Does AC magnet frequency make a difference? Try from 0Hz to audio
to RF to microwave, etc.
Can a continuous non-moving version be built, rather than the present
version requiring exposure to a PM? Vary a superposed DC and an AC
b-field applied to an HTSC disk and measure the gravity field above the
device, look for good settings of the b-fields.
Try rotating the b-field at various orientations and frequencies using
crossed coils and multiple-phase coil drive currents.
Any cosmic ray effects? Check background count with the device on and
with it off.
Does the effect involve magnetism? Explore the "beam" with a compass.
Does it involve e-fields? Test for their presence with an electrometer.
Is time affected? Beat two crystal oscillators against each
other, place one of them in the beam, look for changes in the difference
Changes in "c"? Pass a laser beam horizontally above the device and
look for tiny deflections. Set up an interferometer, place the device
beneath one beam path, observe the fringes on the screen, then activate
the device and look for shifts in fringe phase.
Continuously measure the characteristics of various electronic components,
place them in the beam, note changes.
Could geomagnetism cause a similar effect in rock layers? If weight
of objects changes constantly at a low level, how to measure? Is
this the source of "Taos Hum?" Can hum-sensitive people stick their
head in the beam and hear the 60hz modulation?
What happens when astronomical objects pass through the beam? E.g.,
if the sun or moon crosses the local zenith, does it alter the weight
decrease magnitude, or does it bend or spread the beam shape?
The vertical beam is confusing. If the disk is a gravity shield, it
should create a penumbra, an image of the earth & iron core, not a
vertical beam (unless earth has a black hole in the center!) For example,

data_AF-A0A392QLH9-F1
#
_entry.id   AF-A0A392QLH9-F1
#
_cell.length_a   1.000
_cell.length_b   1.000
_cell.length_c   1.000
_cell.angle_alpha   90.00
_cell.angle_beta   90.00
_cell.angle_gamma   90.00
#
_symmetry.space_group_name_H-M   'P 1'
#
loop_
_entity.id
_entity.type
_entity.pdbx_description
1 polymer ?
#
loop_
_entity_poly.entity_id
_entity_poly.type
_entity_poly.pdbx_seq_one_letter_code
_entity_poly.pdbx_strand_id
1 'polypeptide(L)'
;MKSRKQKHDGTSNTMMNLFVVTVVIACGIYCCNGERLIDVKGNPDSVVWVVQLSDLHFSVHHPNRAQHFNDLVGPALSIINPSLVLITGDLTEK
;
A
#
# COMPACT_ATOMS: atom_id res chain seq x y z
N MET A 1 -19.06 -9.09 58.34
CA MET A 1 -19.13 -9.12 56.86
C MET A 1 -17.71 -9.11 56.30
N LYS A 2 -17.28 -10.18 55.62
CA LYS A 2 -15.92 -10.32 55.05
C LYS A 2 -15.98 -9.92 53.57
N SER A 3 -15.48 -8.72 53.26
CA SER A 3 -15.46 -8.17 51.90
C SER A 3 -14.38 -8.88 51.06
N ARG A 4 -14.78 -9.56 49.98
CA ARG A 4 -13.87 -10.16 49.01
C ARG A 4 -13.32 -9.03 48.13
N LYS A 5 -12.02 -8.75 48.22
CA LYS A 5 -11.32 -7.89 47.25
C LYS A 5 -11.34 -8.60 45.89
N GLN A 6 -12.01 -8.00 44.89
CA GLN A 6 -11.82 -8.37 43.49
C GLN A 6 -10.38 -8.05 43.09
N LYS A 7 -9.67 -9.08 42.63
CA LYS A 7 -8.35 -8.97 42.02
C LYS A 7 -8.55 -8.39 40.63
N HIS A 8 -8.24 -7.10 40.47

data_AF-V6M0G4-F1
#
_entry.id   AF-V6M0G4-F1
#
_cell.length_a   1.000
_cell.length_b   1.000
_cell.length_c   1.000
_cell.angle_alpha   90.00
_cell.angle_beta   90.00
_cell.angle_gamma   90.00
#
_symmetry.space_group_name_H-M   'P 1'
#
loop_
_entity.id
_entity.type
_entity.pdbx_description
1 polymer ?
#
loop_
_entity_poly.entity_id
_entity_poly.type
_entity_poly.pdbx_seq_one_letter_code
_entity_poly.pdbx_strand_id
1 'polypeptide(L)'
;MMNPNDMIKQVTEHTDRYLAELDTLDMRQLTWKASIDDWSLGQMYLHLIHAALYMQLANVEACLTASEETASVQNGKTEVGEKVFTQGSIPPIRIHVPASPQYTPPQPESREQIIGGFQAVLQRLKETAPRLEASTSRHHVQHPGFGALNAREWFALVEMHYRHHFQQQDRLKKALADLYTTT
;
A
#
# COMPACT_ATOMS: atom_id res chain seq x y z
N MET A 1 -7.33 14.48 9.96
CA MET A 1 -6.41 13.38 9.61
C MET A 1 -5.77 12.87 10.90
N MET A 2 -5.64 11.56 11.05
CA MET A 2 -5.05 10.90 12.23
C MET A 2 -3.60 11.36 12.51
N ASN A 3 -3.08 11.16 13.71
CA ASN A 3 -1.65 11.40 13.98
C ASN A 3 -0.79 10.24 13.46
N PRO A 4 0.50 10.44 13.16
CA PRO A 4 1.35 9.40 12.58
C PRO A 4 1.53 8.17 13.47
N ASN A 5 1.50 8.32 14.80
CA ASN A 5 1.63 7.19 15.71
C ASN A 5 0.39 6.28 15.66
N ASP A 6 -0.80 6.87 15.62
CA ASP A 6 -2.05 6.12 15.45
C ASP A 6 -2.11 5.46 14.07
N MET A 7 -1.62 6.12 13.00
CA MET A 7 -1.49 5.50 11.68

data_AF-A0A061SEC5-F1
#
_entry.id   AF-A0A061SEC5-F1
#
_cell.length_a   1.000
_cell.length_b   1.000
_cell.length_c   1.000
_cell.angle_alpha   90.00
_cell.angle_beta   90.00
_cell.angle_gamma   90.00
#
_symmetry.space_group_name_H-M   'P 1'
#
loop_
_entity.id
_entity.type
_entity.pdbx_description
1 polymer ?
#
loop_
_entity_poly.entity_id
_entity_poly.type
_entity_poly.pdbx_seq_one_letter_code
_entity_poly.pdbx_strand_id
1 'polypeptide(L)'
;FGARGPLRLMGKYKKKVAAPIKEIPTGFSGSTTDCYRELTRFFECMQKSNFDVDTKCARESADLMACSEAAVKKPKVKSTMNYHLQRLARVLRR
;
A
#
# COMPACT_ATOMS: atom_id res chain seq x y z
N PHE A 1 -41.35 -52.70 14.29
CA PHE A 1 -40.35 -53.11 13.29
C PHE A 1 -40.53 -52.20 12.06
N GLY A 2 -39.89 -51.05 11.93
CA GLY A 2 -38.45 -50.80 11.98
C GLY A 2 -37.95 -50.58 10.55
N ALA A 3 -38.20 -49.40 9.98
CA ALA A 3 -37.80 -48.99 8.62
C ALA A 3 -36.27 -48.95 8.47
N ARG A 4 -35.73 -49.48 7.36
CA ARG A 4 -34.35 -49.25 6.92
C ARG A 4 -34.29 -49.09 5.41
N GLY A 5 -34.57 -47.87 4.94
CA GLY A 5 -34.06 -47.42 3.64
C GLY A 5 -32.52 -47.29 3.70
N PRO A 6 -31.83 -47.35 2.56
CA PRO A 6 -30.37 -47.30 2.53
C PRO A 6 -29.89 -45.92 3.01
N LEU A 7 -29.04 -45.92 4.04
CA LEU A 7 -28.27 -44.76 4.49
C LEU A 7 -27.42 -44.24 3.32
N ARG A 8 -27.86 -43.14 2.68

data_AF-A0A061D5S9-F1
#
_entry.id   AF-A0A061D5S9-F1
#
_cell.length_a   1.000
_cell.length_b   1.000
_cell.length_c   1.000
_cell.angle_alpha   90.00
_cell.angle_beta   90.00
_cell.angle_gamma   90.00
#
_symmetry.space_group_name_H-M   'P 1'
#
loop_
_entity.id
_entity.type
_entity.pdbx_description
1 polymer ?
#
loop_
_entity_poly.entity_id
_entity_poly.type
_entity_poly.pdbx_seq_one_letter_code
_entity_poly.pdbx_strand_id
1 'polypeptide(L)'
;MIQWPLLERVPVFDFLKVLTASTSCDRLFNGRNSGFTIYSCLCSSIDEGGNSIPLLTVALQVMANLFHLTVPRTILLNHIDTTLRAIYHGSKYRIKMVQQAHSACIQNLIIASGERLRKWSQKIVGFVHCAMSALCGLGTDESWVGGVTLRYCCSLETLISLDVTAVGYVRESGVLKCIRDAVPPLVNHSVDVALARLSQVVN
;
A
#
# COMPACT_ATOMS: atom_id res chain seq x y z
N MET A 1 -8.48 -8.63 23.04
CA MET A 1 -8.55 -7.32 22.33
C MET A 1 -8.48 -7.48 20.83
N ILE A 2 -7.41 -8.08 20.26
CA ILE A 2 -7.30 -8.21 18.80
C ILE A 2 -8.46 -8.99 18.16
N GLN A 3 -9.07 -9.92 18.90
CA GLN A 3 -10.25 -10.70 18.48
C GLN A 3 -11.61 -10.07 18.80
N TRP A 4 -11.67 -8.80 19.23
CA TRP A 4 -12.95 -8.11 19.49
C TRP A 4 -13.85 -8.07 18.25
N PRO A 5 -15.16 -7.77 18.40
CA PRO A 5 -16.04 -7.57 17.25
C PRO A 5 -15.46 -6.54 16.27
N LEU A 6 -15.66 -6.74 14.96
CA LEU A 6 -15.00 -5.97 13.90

will there be a separate beam from the disk associated with each planet
and the sun, or do all the masses add together and simply cause deflection
of the one vertical beam. Use an accelerometer to search for secondary
beams below the device, one associated with the shadow of the sun, moon,
etc. Or, search for slight deflection of the beam on a 24hr cycle, as the
relative position of sun and moon are changed.
If there are multiple beams below the disk (image of "gravity sky"), then
mechanically scan the device in a raster (mount it on the rim of a
spinning disk, move the disk along.) Place a microphone or accelerometer
below, record the output and paint a graphics screen with the raster,
synched to the spinning disk. Gravity telescope!
Try the toroid experiment: poke a hole in the disk, see if it creates a
beam of *non* reduced weight. Make a big plate with a small hole?
Gravity-force pinhole camera?
Make a big plate with small AC coil, see how it affects the force profile
of the beam. Does waving a small coil under a large plate cause a small
moving beam above the plate?
Free energy: place the device under a vertical wheel, off center from the
location of the axle, and the wheel should start to spin. Connect the
wheel to a generator.
Water pump: Make a "U"-shaped pipe, position it upright, fill it with
water, place the device under one side of the "U".
Weather mod: the effect is essentially a beam of upwards vertical force.
It should create a vertical atmospheric fountain and tornado, like
"cavorite" in Jules Verne's "From the Earth to the Moon" story.
Interfere with aircraft: If a large plane flies through the beam, the
sudden change in weight might be destructive.
Giant loudspeaker: If the effect can be modulated, then pipe audio
to the device, and an enormous vertical column of the earth's atmosphere
will vary in pressure and will function as a public address system.
Place the device in a tall building and vibrate the structure to
Knock down geosync satellites. A large device precisely positioned at
the equator can apply a continuous force to a particular satellite.
Fountain: place the device at the bottom of a large body of water,
and the water above the device will thrust upwards.